Life is full of new beginnings. The idea of new beginnings lies at the heart of the Christian faith. A loved one, a relationship or a way of life dies but by the grace of God something new grows in the empty space. 

At this time of year it is good to reflect upon the spring and summer seasons that have come to an end. Something new is about to begin. Something beautiful. Something unexpected. It is good that when the women went to the tomb that they found it empty. It is good because it was a herald that God was doing something new. And God is still at it, in your life

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Glimpses of Grace Devotion for September 3, 2017

On the next to last evening of a week long continuing education in the Blue Ridge Mountains of North Carolina I received a gift that took my breath away and brought a tear to my eye. A member of my group of four called me over. She was sitting on a church pew with her husband who was recovering from extensive brain surgery. Standing in front of them, her husband reached into his pocket and handed me a horse shoe in the shape of a fish, an early symbol used by followers of Jesus to identify one another. 

Before his surgery he had been a blacksmith, skilled in all aspects of the art of “smithing.” It had been two years since he worked although anvil and hammer, forge and fire. A local smith let him use his shop that afternoon where he made two fish from two horseshoes. And he gave one to me! Why, I wondered. We had shared a meal, some conversation and laughter–every day activities hardly worthy of such a gift. But therein lies the glimpse, the gift in spite of my unworthiness. 

The gift was nothing short of an act of grace. Amazing grace that comes to us not because we are worthy of the gift, but because the giver simply wishes to give it! For God so love the world that He gave…(John 3:16a), not because of who we are or what we have done but because God simply wishes to give, unconditionally. And when we receive the gift, truly receive it, we do so in total humility.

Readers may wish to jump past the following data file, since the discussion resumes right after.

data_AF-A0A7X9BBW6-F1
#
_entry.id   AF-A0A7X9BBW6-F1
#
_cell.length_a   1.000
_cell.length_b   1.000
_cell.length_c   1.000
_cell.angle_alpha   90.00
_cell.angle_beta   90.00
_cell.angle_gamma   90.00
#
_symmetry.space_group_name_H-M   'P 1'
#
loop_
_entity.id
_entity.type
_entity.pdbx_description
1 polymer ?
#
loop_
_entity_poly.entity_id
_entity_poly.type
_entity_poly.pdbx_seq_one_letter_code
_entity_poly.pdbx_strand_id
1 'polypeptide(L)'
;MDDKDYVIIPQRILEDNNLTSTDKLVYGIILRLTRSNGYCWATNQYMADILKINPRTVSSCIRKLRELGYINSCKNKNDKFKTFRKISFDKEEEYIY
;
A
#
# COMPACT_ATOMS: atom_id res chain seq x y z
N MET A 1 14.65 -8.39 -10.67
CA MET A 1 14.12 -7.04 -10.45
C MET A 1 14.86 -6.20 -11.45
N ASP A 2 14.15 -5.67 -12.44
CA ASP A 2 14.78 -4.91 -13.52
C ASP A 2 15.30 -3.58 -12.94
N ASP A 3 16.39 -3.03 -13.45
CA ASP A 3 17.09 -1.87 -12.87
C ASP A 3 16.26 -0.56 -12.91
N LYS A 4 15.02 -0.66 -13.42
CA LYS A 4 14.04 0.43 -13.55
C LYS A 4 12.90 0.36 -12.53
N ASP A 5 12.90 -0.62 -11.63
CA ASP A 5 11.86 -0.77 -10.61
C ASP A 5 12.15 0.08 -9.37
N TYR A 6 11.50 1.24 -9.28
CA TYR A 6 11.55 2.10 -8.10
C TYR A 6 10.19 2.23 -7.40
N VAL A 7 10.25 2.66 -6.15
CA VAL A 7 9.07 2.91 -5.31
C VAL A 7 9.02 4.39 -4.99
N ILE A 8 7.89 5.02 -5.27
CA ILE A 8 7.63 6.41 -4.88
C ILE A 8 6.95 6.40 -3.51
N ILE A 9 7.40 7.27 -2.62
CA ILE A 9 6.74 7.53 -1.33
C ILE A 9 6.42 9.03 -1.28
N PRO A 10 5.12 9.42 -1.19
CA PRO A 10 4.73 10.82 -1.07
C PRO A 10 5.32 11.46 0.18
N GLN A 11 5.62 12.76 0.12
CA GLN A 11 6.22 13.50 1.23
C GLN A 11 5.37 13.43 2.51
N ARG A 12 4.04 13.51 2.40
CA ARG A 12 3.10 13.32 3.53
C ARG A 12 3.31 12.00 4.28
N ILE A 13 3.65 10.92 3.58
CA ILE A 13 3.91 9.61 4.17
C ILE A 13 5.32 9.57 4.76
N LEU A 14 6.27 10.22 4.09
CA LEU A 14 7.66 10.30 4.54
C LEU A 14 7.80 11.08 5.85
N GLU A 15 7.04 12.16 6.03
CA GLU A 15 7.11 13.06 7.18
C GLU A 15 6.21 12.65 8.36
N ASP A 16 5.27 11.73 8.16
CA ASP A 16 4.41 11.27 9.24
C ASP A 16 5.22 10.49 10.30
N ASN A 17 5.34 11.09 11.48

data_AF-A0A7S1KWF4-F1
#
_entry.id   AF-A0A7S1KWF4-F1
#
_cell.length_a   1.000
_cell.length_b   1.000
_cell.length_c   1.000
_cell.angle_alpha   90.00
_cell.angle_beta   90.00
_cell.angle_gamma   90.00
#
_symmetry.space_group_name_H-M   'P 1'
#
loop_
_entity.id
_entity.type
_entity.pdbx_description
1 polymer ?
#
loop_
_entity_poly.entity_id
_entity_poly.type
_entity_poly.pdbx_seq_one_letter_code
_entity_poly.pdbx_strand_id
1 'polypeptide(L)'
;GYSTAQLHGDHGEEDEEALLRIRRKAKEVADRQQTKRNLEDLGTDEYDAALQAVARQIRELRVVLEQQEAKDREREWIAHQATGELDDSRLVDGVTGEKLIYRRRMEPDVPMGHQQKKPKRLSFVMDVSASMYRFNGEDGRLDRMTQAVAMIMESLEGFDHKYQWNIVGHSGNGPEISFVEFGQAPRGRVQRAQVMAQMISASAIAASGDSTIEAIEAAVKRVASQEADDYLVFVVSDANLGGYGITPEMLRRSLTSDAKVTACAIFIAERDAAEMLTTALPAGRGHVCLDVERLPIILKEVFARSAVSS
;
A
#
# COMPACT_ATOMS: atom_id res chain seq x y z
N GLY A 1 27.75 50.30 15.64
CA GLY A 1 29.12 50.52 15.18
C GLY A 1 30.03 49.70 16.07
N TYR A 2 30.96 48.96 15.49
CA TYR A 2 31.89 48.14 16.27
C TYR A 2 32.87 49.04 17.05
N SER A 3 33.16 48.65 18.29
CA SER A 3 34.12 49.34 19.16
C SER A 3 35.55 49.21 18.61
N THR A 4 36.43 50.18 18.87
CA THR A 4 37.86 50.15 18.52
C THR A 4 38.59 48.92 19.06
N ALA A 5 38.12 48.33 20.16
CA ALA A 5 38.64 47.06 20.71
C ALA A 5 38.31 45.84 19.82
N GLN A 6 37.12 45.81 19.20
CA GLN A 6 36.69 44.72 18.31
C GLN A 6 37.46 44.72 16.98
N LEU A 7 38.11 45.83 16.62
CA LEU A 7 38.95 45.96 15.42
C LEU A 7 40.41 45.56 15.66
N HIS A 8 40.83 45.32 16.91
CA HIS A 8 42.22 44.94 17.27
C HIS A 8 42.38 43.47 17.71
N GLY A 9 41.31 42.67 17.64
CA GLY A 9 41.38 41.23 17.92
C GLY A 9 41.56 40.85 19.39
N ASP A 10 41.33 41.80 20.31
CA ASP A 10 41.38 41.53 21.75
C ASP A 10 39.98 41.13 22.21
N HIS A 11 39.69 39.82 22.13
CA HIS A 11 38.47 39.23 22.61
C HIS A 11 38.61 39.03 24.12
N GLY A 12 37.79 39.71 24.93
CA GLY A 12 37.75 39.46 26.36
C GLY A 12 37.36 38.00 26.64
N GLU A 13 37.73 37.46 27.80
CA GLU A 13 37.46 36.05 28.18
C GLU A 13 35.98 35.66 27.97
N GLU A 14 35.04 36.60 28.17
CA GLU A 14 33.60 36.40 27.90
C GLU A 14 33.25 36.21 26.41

Lord God, give me a heart that is truly humbled by Your grace, Your love that knows no bounds. Amen. 


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Glimpses of Grace Devotion for August 30, 2017

When I was a child I was afraid of the dark. I was convinced that the night contained all kinds of scary life-threatening things. My mind would be on red alert, and I would eventually fall asleep from panic exhaustion. Then, one night, my parents put a night light in my bedroom and in the hallway outside my room. The threat of the darkness was broken.

Robert Voyle once wrote, “When children are afraid of the dark, we don’t turn off the dark. We don’t need to spend time analyzing the darkness or where it came from, or eloquently describing its subtle shades and nuances, or romanticizing the darkness, or fighting the monsters that roam in the darkness. We just need to turn on the light! And in the words of Martin Buber, if we teach children to see and carry the light that is within her or him, she or he need never be afraid of the darkness.”

As I write this a former colleague sits beside the bed of his critically injured son, a wife sits beside the bed of her critically ill husband, a son plans the funeral of his father and a nation and prays for the people in southeast Texas.